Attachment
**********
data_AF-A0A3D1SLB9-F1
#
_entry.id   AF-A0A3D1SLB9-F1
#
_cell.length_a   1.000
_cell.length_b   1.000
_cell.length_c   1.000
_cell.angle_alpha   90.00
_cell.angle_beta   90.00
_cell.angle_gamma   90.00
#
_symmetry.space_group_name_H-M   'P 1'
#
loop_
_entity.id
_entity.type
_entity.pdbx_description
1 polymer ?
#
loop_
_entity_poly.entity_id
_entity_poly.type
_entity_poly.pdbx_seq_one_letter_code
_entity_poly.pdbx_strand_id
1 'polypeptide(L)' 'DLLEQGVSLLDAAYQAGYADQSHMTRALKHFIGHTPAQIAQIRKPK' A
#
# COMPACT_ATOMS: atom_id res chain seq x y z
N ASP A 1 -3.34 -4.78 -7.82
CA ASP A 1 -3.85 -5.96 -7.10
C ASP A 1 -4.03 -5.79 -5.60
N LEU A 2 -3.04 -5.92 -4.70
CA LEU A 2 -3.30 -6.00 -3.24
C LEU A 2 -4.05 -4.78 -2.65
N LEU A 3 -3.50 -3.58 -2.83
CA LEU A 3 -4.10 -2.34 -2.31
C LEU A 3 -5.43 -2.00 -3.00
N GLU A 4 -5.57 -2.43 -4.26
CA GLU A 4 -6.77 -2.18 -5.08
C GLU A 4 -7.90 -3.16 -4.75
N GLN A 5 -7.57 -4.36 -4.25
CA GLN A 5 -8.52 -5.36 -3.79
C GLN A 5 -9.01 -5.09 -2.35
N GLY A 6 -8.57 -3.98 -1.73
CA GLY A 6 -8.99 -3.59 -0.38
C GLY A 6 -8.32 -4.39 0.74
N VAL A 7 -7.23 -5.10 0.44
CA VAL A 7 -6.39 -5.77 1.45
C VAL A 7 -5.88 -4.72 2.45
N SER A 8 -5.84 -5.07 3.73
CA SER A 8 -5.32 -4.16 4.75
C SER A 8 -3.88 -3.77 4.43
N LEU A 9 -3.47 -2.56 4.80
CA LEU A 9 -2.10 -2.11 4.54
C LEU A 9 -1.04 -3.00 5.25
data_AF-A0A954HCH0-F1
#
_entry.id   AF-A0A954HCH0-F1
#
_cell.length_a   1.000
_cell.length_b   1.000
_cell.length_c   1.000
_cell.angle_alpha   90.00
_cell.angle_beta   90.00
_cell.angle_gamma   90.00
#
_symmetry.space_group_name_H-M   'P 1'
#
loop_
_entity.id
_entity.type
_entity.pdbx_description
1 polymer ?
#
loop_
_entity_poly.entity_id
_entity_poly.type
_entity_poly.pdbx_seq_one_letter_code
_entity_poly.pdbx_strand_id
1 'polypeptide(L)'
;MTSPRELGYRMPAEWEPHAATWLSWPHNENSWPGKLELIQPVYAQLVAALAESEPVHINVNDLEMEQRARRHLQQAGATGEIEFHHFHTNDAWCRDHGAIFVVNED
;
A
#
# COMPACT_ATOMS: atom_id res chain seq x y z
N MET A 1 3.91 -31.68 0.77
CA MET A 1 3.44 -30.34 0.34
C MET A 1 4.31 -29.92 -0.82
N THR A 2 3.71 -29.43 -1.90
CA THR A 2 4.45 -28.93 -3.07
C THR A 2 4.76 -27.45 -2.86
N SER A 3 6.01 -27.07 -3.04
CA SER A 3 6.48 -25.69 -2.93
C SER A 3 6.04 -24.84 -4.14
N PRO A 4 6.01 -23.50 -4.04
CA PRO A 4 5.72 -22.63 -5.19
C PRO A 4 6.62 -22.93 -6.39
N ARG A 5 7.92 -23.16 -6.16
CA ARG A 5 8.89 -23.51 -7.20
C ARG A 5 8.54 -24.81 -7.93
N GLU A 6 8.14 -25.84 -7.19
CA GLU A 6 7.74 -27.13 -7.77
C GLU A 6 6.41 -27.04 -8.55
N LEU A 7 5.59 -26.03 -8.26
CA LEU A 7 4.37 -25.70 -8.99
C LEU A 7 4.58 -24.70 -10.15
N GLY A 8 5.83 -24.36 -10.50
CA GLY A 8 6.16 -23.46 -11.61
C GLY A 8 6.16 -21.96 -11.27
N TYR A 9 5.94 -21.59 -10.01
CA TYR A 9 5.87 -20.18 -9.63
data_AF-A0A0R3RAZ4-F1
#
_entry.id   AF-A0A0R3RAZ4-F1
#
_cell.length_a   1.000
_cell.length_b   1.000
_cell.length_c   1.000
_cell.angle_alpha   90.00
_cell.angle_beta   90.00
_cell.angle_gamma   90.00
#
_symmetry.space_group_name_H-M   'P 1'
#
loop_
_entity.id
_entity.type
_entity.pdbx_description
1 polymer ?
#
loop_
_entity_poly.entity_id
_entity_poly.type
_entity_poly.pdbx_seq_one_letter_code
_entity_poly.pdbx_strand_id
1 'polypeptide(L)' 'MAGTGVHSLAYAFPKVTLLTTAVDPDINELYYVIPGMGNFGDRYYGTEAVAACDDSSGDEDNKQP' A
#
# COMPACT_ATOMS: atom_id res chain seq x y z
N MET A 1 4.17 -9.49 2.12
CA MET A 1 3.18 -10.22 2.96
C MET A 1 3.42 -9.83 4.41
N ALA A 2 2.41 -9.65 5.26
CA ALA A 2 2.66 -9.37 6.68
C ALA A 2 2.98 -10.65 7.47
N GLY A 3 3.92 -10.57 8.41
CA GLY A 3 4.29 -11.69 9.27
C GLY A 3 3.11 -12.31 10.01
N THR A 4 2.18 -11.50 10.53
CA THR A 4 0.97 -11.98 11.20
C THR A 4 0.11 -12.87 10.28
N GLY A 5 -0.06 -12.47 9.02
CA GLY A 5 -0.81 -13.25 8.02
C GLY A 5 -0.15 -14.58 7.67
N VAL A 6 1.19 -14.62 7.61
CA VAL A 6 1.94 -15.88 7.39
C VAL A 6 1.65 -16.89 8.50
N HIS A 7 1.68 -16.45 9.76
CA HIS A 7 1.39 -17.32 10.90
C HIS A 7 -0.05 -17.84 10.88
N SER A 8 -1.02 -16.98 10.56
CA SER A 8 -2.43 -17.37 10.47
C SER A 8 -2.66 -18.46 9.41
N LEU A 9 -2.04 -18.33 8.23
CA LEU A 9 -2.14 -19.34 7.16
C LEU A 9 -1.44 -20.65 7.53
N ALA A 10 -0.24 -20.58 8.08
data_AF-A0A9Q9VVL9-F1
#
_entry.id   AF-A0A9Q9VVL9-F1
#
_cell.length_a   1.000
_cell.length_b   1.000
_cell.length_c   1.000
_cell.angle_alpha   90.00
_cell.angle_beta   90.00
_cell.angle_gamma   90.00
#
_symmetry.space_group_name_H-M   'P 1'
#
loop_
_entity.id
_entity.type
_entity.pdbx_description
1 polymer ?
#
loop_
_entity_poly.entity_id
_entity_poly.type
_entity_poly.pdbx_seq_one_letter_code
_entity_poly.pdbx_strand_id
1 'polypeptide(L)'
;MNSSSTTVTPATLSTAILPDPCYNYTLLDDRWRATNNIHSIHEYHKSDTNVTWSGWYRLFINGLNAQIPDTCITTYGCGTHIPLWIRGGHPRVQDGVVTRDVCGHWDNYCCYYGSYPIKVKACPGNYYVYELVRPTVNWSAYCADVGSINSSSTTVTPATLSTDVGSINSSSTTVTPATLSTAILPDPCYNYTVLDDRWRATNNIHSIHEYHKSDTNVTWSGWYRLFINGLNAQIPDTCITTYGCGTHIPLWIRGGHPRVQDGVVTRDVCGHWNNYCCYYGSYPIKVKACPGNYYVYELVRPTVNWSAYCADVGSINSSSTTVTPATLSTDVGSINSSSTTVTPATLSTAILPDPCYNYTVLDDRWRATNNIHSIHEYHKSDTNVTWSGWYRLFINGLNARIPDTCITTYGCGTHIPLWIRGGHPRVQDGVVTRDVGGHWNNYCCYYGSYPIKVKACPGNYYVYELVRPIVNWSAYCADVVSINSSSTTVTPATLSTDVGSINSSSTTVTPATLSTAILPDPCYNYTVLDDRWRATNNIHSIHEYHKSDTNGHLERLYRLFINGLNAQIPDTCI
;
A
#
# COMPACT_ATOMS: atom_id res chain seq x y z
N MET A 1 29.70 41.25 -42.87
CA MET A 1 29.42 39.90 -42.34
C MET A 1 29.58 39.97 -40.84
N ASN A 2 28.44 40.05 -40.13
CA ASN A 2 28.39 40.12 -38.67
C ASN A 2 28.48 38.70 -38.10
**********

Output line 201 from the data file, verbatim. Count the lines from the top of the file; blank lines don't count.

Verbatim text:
C ASN A 2 28.48 38.70 -38.10